Motorcycles Shadow 26: A Rat Tracker Built For FunValen Zhou's 1987 Kawasaki KZ 250
- Words Michael Hilton
- Images Valen Zhou
Valen Zhou is resourceful and ambitious and proves that it doesn’t take a big budget or a big ego to build a bike that most would be proud to ride and own. Shadow 26 is a bike with a tattered, devil-may-care attitude that begs to be beaten like a dusty couch cushion — a bike that just wants to have some dirty fun.
In college, Zhou suffered from a crippling anxiety disorder and battled through a dark period of his life before finding a surprising cure in Shinya Kimura’s moto masterpieces. “Seeing Kimura’s passion, instincts, and vulnerability” inspired Zhou, who began building his own motorcycles and finally put his illness behind him.
From Chengdu, Sichuan, China, a beautiful city known as “The Country of Heaven,” Zhou turned out a few choppers, café racers, and a dragster, then turned his attention toward this salvaged Kawasaki KZ 250, transforming it into the filthy lovechild of a tracker and a bobber. Taking visual cues from a ‘54 Triumph Thunderbird, Zhou cut the frame in half and customized the tail section, which proved to be the most difficult aspect of the build. Without proper equipment to measure with, he relied on fishing line and a level to dial in the correct dimensions before cutting and welding.
The seat spring came from an old bicycle with the right tension for him ... and him alone. “That makes the bike uniquely fit for me only,” he laughs.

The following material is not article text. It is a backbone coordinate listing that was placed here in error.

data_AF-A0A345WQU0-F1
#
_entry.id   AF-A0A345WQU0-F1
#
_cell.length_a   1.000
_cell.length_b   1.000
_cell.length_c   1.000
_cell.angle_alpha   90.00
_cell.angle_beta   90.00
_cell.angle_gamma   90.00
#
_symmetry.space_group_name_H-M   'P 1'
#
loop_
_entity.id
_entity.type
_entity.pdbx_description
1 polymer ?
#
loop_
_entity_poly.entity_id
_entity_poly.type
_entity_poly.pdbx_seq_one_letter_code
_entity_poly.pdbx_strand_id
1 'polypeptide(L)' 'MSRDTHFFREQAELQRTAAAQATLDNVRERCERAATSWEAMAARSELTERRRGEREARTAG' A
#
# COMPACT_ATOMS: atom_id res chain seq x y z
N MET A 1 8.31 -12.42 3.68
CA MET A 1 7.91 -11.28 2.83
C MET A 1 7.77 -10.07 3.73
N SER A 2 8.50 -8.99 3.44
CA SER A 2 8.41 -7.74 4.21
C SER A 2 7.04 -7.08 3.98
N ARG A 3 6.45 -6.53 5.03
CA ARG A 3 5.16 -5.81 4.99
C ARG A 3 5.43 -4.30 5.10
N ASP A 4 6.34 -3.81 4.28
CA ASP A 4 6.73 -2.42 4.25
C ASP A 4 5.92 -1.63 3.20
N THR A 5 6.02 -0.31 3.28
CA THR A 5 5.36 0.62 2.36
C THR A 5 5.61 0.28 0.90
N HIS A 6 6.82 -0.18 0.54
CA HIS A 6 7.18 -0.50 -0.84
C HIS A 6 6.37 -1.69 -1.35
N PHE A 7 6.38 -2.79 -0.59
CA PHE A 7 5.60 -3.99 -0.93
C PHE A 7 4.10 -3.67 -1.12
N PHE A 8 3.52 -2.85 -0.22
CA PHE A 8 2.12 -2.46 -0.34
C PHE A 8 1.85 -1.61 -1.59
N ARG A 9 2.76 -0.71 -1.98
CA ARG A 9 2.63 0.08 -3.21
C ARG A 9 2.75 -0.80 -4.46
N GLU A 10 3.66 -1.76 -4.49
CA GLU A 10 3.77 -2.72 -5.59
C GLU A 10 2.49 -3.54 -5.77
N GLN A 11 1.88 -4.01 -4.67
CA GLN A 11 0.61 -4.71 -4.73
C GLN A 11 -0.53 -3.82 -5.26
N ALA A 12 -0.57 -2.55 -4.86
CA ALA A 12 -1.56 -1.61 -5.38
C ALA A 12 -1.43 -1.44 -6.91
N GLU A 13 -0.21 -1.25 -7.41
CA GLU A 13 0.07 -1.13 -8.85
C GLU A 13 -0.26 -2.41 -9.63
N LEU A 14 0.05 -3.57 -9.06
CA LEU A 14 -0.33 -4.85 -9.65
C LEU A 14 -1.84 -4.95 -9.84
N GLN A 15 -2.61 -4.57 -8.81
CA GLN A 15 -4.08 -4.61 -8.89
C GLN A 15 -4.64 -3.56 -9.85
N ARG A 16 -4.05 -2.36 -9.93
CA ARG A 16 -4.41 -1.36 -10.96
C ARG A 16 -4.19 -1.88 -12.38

The fuel tank is actually a camping flask that Zhou cleverly hides underneath a fabricated shell. It’s very small, but he likes it so much he’s willing to carry an extra bottle of fuel with him. Adding to his style of using whatever is available, Zhou crafted the seat from an old sofa that was taking up space in his studio. The seat spring came from an old bicycle with the right tension for him … and him alone. “That makes the bike uniquely fit for me only,” he laughs.
The name “Shadow” refers to a photography project of Zhou’s that highlighted motorcyclists from around the world, and “26” is his lucky number; it showed up everywhere as he worked on the build. “I really love that number,” he says. Zhou loves taking Shadow 26 off-road and flat-track races. “I always wanted a bike that I could just have fun with,” he says. “That is the main purpose of this bike … and I do have a lot of fun with it.”